Calcium is the mineral which carries protein across the intestinal membrane. Therefore calcium represents the primary protein and fat digestion in the gut. Poor digestion here will affect further digestion in the liver. Increased calcium indicates poor emulsification (the breakdown of larger fat molecules into much smaller ones so they will become water soluble and therefore easily processed and eliminated from the body after use), and therefore improper protein digestion at the liver. Gallbladder function may be involved. Decreased calcium indicates poor enzymation (down translate) of fatty acids and improper protein digestion to the liver.
Phosphorous is the mineral which carries whole carbohydrates to the liver. The proper bowel pH (acid/alkaline balance) is needed for complete digestion, storage, and utilization of carbohydrates. Increased phosphorous indicates an alkaline gut; i.e., a deficiency of hydrochloric acid (HCL). Carbohydrates are oxidized and energy is wasted. Decreased phosphorous indicates an over-acid condition in the gut and carbohydrate congestion in the liver.
Glucose is sugar in the blood, most commonly used to monitor the disease diabetes mellitus.
These are also known as electrolytes. These must be monitored carefully in dehydration, kidney disease, and during intravenous therapy.
Sodium levels reflect the salt/water balance as well as fluid control and kidney and/or adrenal function. Increases indicate an alkaline kidney and lack of membrane lubrication. Often fluid retention is seen. Decreases indicate an acid kidney membrane and a need for calcium.
Potassium reflects tissue composition of several major organs including the heart. Potassium levels rise in kidney failure, and may be low after severe vomiting or diarrhea. Potassium levels may also decline if one is taking forms of licorice, especially the purified form glycyrrhizin (GL), and may need to be supplemented.
Chloride reflects the proper fluid exchange membranes of the bowel and the bladder. Increased chloride indicates improper membrane lubrication with Vitamin A. Decreases indicate tissue decomposition.
Blood Urea Nitrogen (BUN) is waste from the liver, processed by the kidneys. It also reflects whole carbohydrate storage, liberation, and continuation in the liver associated with many glands (i.e., kidneys). BUN tends to rise in dehydration and in kidney or heart failure. Prednisone and other steroids may cause BUN to rise. Increases in BUN can also indicate liver and/or thyroid inactivity. Decreased BUN indicates pancreas and/or adrenal inactivity. BUN can also be elevated by a high protein diet or recent exercise.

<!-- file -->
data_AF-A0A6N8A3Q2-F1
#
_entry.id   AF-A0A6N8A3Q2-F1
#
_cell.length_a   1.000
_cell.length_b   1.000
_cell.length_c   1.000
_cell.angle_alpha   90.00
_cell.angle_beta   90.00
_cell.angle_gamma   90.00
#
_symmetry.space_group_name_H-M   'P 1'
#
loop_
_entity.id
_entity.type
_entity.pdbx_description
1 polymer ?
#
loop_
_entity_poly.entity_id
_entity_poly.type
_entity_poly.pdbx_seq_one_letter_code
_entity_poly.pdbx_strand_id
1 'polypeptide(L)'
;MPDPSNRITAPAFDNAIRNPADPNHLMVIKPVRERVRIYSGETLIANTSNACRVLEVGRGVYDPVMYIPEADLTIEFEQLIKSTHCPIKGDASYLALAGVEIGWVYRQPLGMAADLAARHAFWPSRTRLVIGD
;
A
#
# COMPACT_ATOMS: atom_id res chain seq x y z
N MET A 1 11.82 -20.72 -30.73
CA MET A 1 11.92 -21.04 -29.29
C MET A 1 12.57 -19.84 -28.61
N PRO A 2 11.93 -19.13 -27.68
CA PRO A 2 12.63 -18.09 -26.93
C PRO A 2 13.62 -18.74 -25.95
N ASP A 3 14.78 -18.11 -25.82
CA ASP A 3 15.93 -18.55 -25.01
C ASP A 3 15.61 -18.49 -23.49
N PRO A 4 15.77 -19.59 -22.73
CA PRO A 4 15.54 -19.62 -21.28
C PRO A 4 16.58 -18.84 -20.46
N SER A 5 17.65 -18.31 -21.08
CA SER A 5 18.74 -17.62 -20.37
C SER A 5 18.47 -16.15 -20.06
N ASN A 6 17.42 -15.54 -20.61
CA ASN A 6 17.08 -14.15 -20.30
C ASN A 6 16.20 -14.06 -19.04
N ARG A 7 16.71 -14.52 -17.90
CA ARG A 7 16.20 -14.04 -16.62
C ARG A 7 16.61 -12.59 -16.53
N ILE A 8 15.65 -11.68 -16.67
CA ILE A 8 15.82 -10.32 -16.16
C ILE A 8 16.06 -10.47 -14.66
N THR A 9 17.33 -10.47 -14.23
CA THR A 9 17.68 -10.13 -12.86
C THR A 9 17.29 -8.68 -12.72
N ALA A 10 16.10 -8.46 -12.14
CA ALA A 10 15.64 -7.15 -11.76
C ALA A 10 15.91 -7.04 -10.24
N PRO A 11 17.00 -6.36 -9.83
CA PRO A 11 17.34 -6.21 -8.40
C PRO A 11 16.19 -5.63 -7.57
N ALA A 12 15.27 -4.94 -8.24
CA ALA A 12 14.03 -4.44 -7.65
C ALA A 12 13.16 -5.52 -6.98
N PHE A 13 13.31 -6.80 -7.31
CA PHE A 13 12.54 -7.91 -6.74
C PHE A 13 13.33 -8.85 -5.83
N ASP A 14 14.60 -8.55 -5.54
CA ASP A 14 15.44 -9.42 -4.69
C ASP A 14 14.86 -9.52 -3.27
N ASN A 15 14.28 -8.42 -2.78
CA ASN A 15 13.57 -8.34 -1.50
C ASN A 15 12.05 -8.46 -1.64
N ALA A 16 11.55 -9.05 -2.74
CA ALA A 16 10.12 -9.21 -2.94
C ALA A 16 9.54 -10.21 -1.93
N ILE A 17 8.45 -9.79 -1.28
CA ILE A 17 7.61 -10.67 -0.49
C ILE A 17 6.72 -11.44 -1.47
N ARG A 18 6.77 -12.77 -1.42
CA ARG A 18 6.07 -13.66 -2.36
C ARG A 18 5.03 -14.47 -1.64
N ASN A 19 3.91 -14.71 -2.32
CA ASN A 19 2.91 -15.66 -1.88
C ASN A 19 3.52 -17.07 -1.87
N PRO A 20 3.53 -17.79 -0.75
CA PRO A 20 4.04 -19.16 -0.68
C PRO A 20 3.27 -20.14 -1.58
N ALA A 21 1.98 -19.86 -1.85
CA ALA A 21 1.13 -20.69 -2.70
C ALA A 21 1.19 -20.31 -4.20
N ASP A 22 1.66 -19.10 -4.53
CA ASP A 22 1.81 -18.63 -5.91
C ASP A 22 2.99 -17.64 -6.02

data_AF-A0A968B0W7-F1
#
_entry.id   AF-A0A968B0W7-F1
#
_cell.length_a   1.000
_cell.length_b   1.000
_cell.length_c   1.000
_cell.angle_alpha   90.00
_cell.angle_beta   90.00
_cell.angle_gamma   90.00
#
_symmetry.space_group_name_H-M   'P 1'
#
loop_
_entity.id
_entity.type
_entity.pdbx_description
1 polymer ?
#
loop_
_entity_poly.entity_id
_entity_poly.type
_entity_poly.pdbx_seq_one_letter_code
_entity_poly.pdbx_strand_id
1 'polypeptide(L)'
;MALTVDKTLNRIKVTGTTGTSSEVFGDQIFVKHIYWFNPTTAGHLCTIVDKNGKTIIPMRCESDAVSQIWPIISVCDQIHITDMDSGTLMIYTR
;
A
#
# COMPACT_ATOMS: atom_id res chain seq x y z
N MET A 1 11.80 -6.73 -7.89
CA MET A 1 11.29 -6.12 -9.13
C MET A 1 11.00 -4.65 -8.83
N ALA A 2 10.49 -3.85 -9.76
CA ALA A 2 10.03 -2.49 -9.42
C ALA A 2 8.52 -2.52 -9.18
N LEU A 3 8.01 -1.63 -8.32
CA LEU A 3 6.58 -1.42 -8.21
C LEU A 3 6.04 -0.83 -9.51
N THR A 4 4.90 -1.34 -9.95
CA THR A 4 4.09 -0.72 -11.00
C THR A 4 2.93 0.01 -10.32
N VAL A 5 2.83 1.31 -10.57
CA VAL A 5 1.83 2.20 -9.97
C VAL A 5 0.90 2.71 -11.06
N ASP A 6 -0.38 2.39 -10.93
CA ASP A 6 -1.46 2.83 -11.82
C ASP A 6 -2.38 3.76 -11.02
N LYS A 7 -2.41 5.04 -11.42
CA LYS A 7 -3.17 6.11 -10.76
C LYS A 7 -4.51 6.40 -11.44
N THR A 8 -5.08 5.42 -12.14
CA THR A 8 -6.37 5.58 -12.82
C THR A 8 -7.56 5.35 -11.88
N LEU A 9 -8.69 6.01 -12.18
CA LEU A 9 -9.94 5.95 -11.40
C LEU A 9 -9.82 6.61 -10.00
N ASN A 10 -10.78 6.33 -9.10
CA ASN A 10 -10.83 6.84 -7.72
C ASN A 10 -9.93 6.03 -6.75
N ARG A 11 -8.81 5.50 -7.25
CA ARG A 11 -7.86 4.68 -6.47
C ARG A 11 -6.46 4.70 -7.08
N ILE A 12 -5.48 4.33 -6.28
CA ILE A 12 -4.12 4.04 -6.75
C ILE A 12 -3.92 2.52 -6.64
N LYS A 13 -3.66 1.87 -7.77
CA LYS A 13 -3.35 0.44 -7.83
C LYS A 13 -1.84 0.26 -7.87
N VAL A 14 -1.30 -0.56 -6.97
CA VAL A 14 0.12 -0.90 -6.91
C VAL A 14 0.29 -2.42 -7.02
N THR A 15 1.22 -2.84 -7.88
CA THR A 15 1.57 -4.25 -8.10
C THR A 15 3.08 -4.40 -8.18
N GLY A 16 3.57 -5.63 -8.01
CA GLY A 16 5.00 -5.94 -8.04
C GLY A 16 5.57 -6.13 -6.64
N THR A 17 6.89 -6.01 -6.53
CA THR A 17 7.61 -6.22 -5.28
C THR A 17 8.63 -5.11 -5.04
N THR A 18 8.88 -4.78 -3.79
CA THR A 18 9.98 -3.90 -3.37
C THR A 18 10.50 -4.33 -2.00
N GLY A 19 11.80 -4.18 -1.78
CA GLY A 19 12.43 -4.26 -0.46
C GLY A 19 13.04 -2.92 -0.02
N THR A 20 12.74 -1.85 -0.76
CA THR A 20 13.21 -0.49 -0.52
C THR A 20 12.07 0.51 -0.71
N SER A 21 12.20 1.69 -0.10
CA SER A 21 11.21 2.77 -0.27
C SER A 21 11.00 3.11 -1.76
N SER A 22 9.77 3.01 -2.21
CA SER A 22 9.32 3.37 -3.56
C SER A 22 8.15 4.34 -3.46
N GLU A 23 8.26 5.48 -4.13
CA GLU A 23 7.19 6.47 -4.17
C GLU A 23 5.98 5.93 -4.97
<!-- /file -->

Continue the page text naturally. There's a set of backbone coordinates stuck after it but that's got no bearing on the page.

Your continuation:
Uric Acid is the end product of protein digestion. The level in the blood is dependent on liver production and kidney elimination. Increased uric acid indicates incomplete protein digestion and/or an over-acid kidney membrane.
Albumin is one of the two major types of protein in the blood and promotes the transfer of nutrients and wastes to and from the blood and cells. Manufactured in the liver, albumin decreases in chronic liver disease. It also reflects one's general nutritional status. Increases indicate thick blood which could be due to improper protein digestion or dehydration. Decreases indicate thin blood with possible water retention, nutritional congestion, toxic buildup and edema (swelling). Usually the liver production of albumin is sluggish.
Creatinine is a waste product and a measure of kidney function as well as skeletal muscle buildup and breakdown in body maintenance. Increases indicate muscle breakdown, often to supply amino acids to the body when protein digestion is impaired. Decreases indicate low protein intake or impaired protein digestion.
Bilirubin derives from the haemoglobin of dead RBCs. Bilirubin is excreted by the liver as part of the bile. Bilirubin causes the yellow color of the skin and eyes (jaundice) which occurs in hepatitis, bile duct obstruction, and other liver disorders. It also reflects the function of the lymph and spleen systems. Increases in Bilirubin indicates inefficient lymphatic or liver/gallbladder function. Decreases in Bilirubin indicates inefficient blood cell breakdown by the spleen.
Alkaline Phosphatase (ALK PHOS ) reflects the alkaline blood pH and its effect on adrenal function (and posterior pituitary). Note: In growing children, there is an increased amount of alkaline minerals in the blood for bone growth. An elevation can be normal in children. An increased alkaline phosphatase indicates an alkaline blood system and inefficient mineral transfer to the cells. A decreased alkaline phosphatase expresses an exhausted adrenal system and an acid blood system (common in chronic disease). If both LDH and alkaline phosphatase are elevated together a primary liver condition exists. If both LDH and alkaline phosphatase are decreased together, a primary thyroid deficiency may be present with a need for Vitamin B-12.
AST can also reflect gonandal function and shows the amount of oxygen available at membranes. Aside from liver/heart/muscle damage, elevations in AST can indicate a deficiency of hormones and Vitamin E. Decreases indicate a deficiency of the gonad itself.
ALT also reflects liver function and increases can mean problems with this organ as well as possible heart damage.
LDH can also reflect blood acidity and pancreatic function as well as being an intercellular enzyme prominent in heart and skeletal muscles. Persons on nucleoside analogues (AZT, DDI, DDC) who exercise frequently commonly have an elevated LDH from muscle tissue breakdown. Others who do not exercise, but are on these drugs -or are wasting- may also have an increased LDH. Persons with Pneumocystis pneumonia tend to have a more serious prognosis if they have an elevated LDH. Decreases indicate an alkaline tendency to the blood. A high LDH often indicates that a heart attack has recently occurred. It can also be high during active cancer growth, however it cannot be considered a specific cancer indicator.